Can a Child Under 18 Be Sent to Adult Prison In Pennsylvania for a First Offense?

As a lawyer who handles the defense of juveniles facing criminal charges, one question I am frequently asked is whether a child under 18 years old be sent to adult prison or given an adult criminal record in Pennsylvania for a first offense? The answer is yes. In fact, that happened to a 16 year old girl in Delaware County this week. She was sentenced to serve 6 to 23 months in prison for her role in the assault of an adult. One of the other teens involved in the beating took a video of the crime and posted it on facebook.

Despite the fact that it was the first time that the girl had been in trouble, she was charged as an adult, convicted as an adult, and sentenced to serve time in an adult prison.

This is possible under Pennsylvania law. Juveniles or minors can be charged, tried, and sentenced as adults in many cases. Certain children are charged directly in adult court for their crimes without a hearing in juvenile (or family) court. These children are sometimes referred to as Direct File Juveniles, or DFJs. All murder charges are prosecuted initially in adult court. In addition, if a child aged 15 or older is charged with any of the following crimes and a weapon was used during the commission of the offense they will be charged in adult court initially:‚Äč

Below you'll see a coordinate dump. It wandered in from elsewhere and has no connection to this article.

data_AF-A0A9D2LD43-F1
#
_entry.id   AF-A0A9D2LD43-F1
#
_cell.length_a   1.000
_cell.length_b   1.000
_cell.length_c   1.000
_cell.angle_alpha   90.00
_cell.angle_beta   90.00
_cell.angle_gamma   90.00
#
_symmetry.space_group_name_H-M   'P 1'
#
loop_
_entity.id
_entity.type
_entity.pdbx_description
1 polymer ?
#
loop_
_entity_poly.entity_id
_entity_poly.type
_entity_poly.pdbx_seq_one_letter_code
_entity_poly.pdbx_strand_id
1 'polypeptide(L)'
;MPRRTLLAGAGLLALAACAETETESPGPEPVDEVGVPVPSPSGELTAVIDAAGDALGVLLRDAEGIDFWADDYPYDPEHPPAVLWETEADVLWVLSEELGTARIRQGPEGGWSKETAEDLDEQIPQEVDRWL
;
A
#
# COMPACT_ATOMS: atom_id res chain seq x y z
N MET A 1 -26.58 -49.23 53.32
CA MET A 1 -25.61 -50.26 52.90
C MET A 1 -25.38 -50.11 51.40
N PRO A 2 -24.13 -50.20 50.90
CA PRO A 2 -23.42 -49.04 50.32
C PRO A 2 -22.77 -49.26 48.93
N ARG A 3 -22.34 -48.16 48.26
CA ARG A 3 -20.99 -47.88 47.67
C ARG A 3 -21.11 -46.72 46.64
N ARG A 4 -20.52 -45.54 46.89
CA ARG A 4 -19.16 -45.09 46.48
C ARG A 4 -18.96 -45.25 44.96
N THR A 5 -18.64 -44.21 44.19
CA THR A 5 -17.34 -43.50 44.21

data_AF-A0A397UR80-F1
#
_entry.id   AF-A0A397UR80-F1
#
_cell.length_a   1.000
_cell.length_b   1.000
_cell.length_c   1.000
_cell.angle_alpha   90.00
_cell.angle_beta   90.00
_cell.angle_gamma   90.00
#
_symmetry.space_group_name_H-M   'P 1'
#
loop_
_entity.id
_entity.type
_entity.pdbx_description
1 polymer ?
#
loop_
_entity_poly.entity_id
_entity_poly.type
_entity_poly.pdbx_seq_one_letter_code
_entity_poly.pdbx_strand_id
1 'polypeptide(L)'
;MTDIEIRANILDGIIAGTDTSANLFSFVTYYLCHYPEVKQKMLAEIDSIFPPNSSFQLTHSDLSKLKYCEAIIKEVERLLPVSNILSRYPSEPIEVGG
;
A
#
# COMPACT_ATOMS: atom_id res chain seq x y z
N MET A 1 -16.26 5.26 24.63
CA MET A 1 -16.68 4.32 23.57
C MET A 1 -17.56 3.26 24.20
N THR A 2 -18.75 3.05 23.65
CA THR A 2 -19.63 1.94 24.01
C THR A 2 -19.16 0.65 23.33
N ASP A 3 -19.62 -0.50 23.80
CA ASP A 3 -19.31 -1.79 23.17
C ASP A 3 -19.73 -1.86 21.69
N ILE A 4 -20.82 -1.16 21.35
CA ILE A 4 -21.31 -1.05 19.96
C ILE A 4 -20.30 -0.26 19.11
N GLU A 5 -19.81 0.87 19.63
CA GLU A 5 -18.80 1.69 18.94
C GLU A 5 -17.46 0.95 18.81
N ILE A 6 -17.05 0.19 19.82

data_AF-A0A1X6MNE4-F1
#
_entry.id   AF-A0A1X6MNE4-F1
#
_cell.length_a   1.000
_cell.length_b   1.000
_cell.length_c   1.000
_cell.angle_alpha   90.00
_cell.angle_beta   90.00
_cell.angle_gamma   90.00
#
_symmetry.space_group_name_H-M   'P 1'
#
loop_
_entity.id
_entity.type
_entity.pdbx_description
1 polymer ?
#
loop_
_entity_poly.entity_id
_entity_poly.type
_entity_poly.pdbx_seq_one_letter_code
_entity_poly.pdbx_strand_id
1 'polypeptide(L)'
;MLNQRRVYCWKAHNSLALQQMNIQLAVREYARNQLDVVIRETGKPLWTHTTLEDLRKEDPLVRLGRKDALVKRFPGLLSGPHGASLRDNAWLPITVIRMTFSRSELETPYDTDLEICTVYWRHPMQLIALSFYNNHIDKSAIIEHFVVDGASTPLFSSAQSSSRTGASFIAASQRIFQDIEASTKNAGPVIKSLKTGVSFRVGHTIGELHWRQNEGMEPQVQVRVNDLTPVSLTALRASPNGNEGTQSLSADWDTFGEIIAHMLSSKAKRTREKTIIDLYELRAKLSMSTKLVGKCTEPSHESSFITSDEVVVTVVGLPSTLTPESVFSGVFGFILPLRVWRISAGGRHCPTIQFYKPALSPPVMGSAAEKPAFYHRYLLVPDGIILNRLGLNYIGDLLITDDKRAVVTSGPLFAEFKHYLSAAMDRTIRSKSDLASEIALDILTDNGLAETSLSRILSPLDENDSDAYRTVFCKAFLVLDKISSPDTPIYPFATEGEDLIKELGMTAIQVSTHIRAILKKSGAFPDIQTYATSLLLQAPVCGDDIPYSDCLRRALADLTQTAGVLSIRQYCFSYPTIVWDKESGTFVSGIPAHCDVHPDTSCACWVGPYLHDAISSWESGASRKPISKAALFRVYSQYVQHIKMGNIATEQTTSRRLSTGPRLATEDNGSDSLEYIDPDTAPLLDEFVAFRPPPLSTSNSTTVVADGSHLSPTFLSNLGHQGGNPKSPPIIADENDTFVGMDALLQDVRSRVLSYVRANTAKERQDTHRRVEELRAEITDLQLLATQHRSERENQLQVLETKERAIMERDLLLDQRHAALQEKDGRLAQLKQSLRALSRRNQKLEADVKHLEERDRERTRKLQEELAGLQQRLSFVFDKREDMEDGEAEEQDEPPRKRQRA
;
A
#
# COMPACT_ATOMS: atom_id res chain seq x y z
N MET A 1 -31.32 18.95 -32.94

• Aggravated assault
  • Robbery
  • Robbery of motor vehicle (i.e., Carjacking)
  • Aggravated indecent assault
  • Involuntary deviate sexual intercourse
  • Rape
  • Kidnapping
  • Voluntary manslaughter

A child can be charged in adult court even if he or she is only charged with (1) attempting to commit, (2) solicitation to commit, or (3) being part of a conspiracy to commit any of these crimes.

In addition, a child aged 15 or over will be a DFJ charged in adult court for any of the crimes above even if there was no weapon involved, if the child was previously adjudicated delinquent of any of the listed crimes before. Adjudicated delinquent is, roughly speaking, the juvenile court equivalent of a conviction in adult court.

However, these DFJ offenses are just one way to end up in adult court under Pennsylvania law. If a child aged 14 or older is charged with any felony, their case can be “certified” and transferred to adult court if a judge finds “that there are reasonable grounds to believe that the public interest is served by the transfer of the case for criminal prosecution.” Many felonies are non-violent offenses such as drug delivery, many theft offenses, and certain types of criminal mischief.

The stakes are high in juvenile court, and charges can leave a lasting, or even permanent effect on a child. Juvenile court proceedings are governed by their own rules and procedures. This presents problems for inexperienced attorneys and opportunities for seasoned lawyers. Every on of our attorneys are criminal defense attorneys and former Philadelphia Assistant District Attorneys who served in the Juvenile Unit with more than 40 years of combined experience. Michael Parkinson, Timothy Tarpey, and James Lloyd have handled hundreds of cases involving charges against juveniles, including expungements. Talk to an experienced attorney to learn about your child’s rights and defend them in Philadelphia, Montgomery, Bucks, and Delaware Counties. Call us at (215) 352-3432.

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